The selected case study sites cover not only various physical environments, but also on a policy level and the degree and range of implementation of ICZM varies strongly. The level of climate change assessment and adaptation also shows large variation from site to site.
Site Name Region Characteristics:
- Vistula Baltic sea Coastal lagoon and estuary
Lagoon system with riverine input, intensive shipping activity planned construction of navigational channel connecting Polish harbours with the Baltic sea. This can reduce the bilateral disagreement with Russia and allow further economic development of the region along the inland waterways.
- Göta älv Kattegat Estuary
The Göta river is draining the large catchment area of Sweden and its estuary divides in an almost non-t developed northern branch (nature reserve) and the highly industrialised and urbanised southern branch where the city and harbour of Gothenburg are situated. Deepening of the northern branch to divert shipping from the southern branch is being discussed.
- Byfjorden Norwegian sea Fjord
Fjordal system receiving input from a highly urbanised area including regional centre for shipping and transport. Fishing prohibited as results of contamination levels. Increase risk of flooding and landslides as a result of changes in precipitation pattern as well as preserving the UNESCO site at Bryggen.
- Elbe North sea Estuary
The Elbe is the third largest river of Europe. It estuary is strongly tidal influenced and progresses almost 120 km inland. Deepening for shipping purposes has a strong influence on sedimentary transport. Industrial releases, oxygen depletion, nutrient loads and dredged material handling have a strong influence on the system. Urbanisation of the Hamburg region is another serious pressure on the estuary.
- Rhine North sea Estuary
The Rhine Estuary, forms the transitional zone between the North Sea and the Rhine and Meuse rivers. Water levels, currents and sediment transport are influenced by both the sea and the rivers. The densely populated area is a major driving force for the Dutch economy. At the same time the area poses many challenges to water Security.
- Broads North sea Coastal wetlands
Complex wetland of shallow lakes at the interface of fresh/saltwater. Influenced by coastal erosion, flooding events and salt intrusion. Main pressures are tourism, agriculture and change of land use in the catchment area.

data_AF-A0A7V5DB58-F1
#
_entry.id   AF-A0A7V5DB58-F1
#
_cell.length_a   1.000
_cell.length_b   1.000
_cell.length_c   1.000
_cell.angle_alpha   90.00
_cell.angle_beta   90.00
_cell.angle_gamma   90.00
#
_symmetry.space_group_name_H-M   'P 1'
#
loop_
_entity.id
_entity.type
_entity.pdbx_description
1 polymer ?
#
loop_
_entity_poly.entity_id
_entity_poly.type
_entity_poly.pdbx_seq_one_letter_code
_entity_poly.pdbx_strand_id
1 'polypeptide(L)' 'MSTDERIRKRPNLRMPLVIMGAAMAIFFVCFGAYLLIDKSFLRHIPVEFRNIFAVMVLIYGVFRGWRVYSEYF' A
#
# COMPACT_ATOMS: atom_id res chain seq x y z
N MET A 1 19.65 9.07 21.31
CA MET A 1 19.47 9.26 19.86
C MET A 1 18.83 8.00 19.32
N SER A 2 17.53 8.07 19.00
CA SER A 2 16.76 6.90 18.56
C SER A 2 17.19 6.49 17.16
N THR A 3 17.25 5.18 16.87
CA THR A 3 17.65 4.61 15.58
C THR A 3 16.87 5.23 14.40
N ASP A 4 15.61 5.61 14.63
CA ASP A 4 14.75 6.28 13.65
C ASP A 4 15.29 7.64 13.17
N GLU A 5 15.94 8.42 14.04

- Òbidos Atlantic ocean Coastal lagoon
A very shallow lagoon and wetland area connected permanently to the sea by a narrow inlet. Historic contaminants stored in the sediments as well as on-going releases result in eutrophication and contamination having a strong influence on shellfish exploitation. Touristic development will increase the urbanisation in the region and result in land reclamation reducing the saltmarshes ecosystem.
- Lesina Mediteranean sea Coastal lagoon
Shallow lagoon along the Adriatic sea with strong fluctuations in salinity. Only pressure is agriculture otherwise not heavily impacted and should remain relatively pristine in the foreseeable future. This site will represent a baseline case in the Project.
- Amvrakikos Mediteranean sea Coastal lagoon
A shallow gulf with a shallow and narrow connection to the sea and two major lagoon complexes along its coastline. Agricultural run-off, sewage and overfishing are the major pressures. Control of water flow from the upstream hydroelectric power dams has a strong influence on salinity and the essential habitats of fish, shrimps and other benthic populations.
- Razelm-Sinoe Black sea Lagoon in Danube Delta Biosphere Reserve
This extensive lagoon system (850km2) is connecting the southern part of the Danube delta to the western part of the Black Sea and is part of the Danube Delta Biosphere Reserve, a UNESCO site. The lagoon system is strongly controlled by Danube water, contamination and sediment transport. Main pressures are agriculture and fishery as well as coastal erosion.